Vagina Monologues are a comedic masterpiece

XU Theatre’s production illuminates the joys and sorrows of being female


Saturday’s performance of Xavier Theatre’s The Vagina Monologues left the audience moaning for more of its hilarity. As I entered the auditorium, girls in pajamas playfully tossed hacky sacks, spun hula hoops and chugged a bottle of something unholy all while trying on fluorescent pink tutus to set the stage. Soon, the lights fell and the girls began to jump around on a series of vagina-resembling blankets surrounded by the items only the most fabulous of vaginas would wear.

The women rolled in unison into the first monologue. Ellie Deutsch dramatized a snarky old lady with purposeful intonation, accent, and personality. Next, Tina Boffa empowered the female orgasm in a way that was steady, prepared and facially compelling.

Then, the backdrop flashed into an electric red and the audience gasped straight into a deep belly laugh as Connie Kavensky roared, “My vagina is angry.” While all the women were on-book due to the 2 week rehearsal time-crunch, Kavensky clearly got comfortable with her words long before entering the stage. Her performance felt like less of a reading and more of just that, a performance. She grabbed the audience and immediately brought them into a whirlwind of relatable and giggle inducing ranting about shoving cotton tampons in places dry material never ought to go. The audience’s sudden jerk into engagement evidenced the importance of her knowing her lines well.

Kelsey Schwarber waddled up and discussed naming frogs in her childhood, quickly escalating to the vaginal naming rollercoaster that left me ready to pee my pants laughing. Her physical expressions were perfectly reserved yet accented by her comedic timing. Danielle Jacobs had fun discussing an entertaining performance her character had been treated to one night. Next, Olivia Hardy entered and sat center stage, legs spread, grasping the audience by the ovaries with every word. Her heart-wrenching tale dragged my body through the stories of abuse, sexuality and same sex sexual reclamation. I was hooked, sold, and in love by the end of her politically incorrect salvation.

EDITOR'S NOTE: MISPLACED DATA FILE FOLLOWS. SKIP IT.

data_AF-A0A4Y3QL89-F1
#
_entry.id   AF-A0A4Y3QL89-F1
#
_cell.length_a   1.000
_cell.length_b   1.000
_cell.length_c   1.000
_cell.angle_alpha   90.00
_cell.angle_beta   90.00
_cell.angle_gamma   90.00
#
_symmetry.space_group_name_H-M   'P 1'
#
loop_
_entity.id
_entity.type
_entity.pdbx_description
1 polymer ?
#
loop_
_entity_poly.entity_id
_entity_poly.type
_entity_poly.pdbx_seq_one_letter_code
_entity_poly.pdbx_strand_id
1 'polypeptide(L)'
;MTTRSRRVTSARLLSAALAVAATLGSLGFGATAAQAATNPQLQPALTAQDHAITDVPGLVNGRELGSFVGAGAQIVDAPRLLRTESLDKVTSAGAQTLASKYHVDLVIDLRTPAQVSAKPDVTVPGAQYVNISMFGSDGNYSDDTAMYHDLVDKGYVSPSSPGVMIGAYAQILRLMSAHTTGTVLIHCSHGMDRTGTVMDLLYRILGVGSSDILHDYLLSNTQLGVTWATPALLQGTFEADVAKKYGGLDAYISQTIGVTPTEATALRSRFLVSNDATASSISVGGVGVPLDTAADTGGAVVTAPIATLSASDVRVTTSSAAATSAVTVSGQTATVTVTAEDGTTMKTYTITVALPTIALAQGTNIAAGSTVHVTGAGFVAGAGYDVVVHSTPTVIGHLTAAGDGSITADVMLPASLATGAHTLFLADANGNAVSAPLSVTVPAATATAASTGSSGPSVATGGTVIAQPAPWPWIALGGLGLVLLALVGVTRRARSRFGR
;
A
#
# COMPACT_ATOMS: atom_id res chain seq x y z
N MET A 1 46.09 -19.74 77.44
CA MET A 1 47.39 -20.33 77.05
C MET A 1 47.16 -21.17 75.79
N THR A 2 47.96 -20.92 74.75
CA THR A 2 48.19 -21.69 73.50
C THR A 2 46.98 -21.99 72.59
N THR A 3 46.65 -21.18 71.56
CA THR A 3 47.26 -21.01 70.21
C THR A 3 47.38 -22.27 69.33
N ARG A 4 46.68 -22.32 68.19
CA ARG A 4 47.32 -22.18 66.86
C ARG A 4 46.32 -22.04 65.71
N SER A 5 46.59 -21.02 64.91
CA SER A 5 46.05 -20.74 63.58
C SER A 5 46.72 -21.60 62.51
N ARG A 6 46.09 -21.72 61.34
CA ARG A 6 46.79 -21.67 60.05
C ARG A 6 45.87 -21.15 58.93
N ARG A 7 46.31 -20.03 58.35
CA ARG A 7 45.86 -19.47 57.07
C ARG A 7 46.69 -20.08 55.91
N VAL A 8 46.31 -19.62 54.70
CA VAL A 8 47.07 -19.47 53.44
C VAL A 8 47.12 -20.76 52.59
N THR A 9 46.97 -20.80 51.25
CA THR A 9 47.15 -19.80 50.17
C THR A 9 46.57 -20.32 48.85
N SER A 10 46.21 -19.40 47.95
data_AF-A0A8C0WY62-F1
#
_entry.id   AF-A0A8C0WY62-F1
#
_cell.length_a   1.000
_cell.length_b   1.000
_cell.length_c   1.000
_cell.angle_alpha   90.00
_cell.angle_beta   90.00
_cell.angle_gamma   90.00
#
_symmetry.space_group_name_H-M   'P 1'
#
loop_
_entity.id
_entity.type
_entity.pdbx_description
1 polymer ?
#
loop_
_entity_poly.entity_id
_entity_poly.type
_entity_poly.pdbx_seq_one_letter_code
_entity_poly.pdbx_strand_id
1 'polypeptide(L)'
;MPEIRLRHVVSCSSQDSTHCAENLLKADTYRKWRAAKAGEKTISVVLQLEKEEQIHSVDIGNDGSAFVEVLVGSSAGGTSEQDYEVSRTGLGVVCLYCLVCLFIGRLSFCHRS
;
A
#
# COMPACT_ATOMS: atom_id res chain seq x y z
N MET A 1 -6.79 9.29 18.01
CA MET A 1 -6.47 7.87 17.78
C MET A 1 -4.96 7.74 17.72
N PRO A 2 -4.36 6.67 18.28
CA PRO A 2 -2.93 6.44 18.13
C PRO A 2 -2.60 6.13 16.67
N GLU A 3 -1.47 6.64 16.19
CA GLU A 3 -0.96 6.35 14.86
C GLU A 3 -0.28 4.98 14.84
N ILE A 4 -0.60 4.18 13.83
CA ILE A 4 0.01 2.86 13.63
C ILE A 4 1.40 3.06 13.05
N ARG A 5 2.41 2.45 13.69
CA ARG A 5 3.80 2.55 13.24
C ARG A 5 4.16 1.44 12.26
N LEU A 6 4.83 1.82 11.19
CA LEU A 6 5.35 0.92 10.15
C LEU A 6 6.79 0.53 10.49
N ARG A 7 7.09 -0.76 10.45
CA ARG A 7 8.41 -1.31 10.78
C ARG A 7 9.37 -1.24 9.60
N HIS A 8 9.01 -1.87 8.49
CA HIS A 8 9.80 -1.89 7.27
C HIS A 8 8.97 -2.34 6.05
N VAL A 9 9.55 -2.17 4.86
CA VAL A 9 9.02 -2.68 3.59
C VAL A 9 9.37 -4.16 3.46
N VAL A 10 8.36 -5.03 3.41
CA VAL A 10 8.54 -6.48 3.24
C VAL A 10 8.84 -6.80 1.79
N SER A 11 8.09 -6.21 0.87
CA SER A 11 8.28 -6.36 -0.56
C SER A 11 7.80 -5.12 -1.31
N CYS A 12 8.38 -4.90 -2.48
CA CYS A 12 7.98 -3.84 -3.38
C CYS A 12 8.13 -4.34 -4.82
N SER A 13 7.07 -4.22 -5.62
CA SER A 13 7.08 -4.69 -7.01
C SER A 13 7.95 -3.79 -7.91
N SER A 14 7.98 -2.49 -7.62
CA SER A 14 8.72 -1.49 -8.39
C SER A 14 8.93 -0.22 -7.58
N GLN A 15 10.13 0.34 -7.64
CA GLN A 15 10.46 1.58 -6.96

Deutsch repeated the word c*** with at least 30 different cadences followed by anonymous crowd member #42 shouting, “c***” for all the world to hear. Holly Taylor had the entire audience begging for more with her dramatic reenactment of the female orgasm, which certainly unlocked a ‘vital sound’ from the audience. Her performance was so convincing that she might as well have had sex on stage.

The final performance came once again from Taylor, who shifted into a quiet and reserved woman whose body language was in such stark juxtaposition from the last that I had to check to see that I had identified her correctly. After publicly vibrating her legs against the ground while yodeling just 30 seconds before, Taylor sat, knees clasped, shoulders raised and voice lowered, and told the alarming story of childbirth, from the perspective of a newly enlightened woman, about the vulva’s greatest journey. An instant standing ovation sprung from the crowd, including myself, as I sprung to my feet in reverence for womanhood and all its yonic prestige.

The show concluded with a talkback, including remarks from Ellie Coniff, the student director, Taylor, Rachel Chrastil, Associate Dean for the College of Arts and Sciences, and Gynecologist Jeanna Corwin.

I passed 3 members of XUPD before taking my seat at Xavier Theatre’s 2019 performance of The Vagina Monologues last Saturday. I would later discover that the pussy policing had much more to do with protecting the controversial play from nay-sayers who had sent Chrastil dozens of calls and E-Mails opposed to the Vagina Monologues being shown at Xavier. Cardinal Newman Society’s attempted 2014 ban of The Vagina Monologues at Xavier resulted in rallies and unification, and this production was no different. To those who expressed their feeling that The Vagina Monologues were “rude and contrary to Catholic teaching,” Chrastil explained the beliefs of Xavier and that “to me, the play is all about women talking to each other and having real, honest conversation and that this play allows us to do that. The Church calls us to listen to people without judgment and that is what we are trying to do here at Xavier.”


By: Brittany Wells | Staff Writer